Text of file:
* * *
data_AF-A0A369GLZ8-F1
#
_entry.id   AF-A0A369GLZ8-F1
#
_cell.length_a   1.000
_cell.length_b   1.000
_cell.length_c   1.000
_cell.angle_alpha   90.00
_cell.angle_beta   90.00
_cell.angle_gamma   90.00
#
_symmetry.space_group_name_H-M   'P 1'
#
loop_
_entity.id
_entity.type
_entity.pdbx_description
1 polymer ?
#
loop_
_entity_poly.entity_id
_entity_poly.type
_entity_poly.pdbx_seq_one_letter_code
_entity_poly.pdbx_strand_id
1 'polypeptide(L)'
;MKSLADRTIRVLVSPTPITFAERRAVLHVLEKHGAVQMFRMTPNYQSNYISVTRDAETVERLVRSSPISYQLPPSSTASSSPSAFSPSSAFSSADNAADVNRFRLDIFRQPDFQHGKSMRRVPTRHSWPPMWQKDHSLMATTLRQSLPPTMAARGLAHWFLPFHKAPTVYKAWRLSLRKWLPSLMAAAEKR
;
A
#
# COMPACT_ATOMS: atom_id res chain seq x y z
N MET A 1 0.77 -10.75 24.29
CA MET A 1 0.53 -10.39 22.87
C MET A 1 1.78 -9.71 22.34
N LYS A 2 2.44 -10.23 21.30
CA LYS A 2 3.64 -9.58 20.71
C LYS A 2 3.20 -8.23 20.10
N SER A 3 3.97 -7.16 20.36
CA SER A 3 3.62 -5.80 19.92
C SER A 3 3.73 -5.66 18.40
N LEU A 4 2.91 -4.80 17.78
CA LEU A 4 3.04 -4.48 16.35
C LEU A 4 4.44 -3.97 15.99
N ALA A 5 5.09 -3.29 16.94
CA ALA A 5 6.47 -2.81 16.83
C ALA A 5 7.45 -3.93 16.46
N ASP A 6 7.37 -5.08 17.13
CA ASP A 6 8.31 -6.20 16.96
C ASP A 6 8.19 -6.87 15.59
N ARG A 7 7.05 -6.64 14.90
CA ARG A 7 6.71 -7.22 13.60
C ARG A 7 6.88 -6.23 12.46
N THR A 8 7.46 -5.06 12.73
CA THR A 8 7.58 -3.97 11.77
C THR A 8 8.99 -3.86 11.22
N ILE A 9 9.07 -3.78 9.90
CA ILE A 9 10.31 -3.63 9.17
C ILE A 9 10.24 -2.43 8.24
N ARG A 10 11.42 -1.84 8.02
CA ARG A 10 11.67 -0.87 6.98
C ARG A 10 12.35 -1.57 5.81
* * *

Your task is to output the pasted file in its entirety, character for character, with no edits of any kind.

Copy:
data_AF-A0A369GLZ8-F1
#
_entry.id   AF-A0A369GLZ8-F1
#
_cell.length_a   1.000
_cell.length_b   1.000
_cell.length_c   1.000
_cell.angle_alpha   90.00
_cell.angle_beta   90.00
_cell.angle_gamma   90.00
#
_symmetry.space_group_name_H-M   'P 1'
#
loop_
_entity.id
_entity.type
_entity.pdbx_description
1 polymer ?
#
loop_
_entity_poly.entity_id
_entity_poly.type
_entity_poly.pdbx_seq_one_letter_code
_entity_poly.pdbx_strand_id
1 'polypeptide(L)'
;MKSLADRTIRVLVSPTPITFAERRAVLHVLEKHGAVQMFRMTPNYQSNYISVTRDAETVERLVRSSPISYQLPPSSTASSSPSAFSPSSAFSSADNAADVNRFRLDIFRQPDFQHGKSMRRVPTRHSWPPMWQKDHSLMATTLRQSLPPTMAARGLAHWFLPFHKAPTVYKAWRLSLRKWLPSLMAAAEKR
;
A
#
# COMPACT_ATOMS: atom_id res chain seq x y z
N MET A 1 0.77 -10.75 24.29
CA MET A 1 0.53 -10.39 22.87
C MET A 1 1.78 -9.71 22.34
N LYS A 2 2.44 -10.23 21.30
CA LYS A 2 3.64 -9.58 20.71
C LYS A 2 3.20 -8.23 20.10
N SER A 3 3.97 -7.16 20.36
CA SER A 3 3.62 -5.80 19.92
C SER A 3 3.73 -5.66 18.40
N LEU A 4 2.91 -4.80 17.78
CA LEU A 4 3.04 -4.48 16.35
C LEU A 4 4.44 -3.97 15.99
N ALA A 5 5.09 -3.29 16.94
CA ALA A 5 6.47 -2.81 16.83
C ALA A 5 7.45 -3.93 16.46
N ASP A 6 7.37 -5.08 17.13
CA ASP A 6 8.31 -6.20 16.96
C ASP A 6 8.19 -6.87 15.59
N ARG A 7 7.05 -6.64 14.90
CA ARG A 7 6.71 -7.22 13.60
C ARG A 7 6.88 -6.23 12.46
N THR A 8 7.46 -5.06 12.73
CA THR A 8 7.58 -3.97 11.77
C THR A 8 8.99 -3.86 11.22
N ILE A 9 9.07 -3.78 9.90
CA ILE A 9 10.31 -3.63 9.17
C ILE A 9 10.24 -2.43 8.24
N ARG A 10 11.42 -1.84 8.02
CA ARG A 10 11.67 -0.87 6.98
C ARG A 10 12.35 -1.57 5.81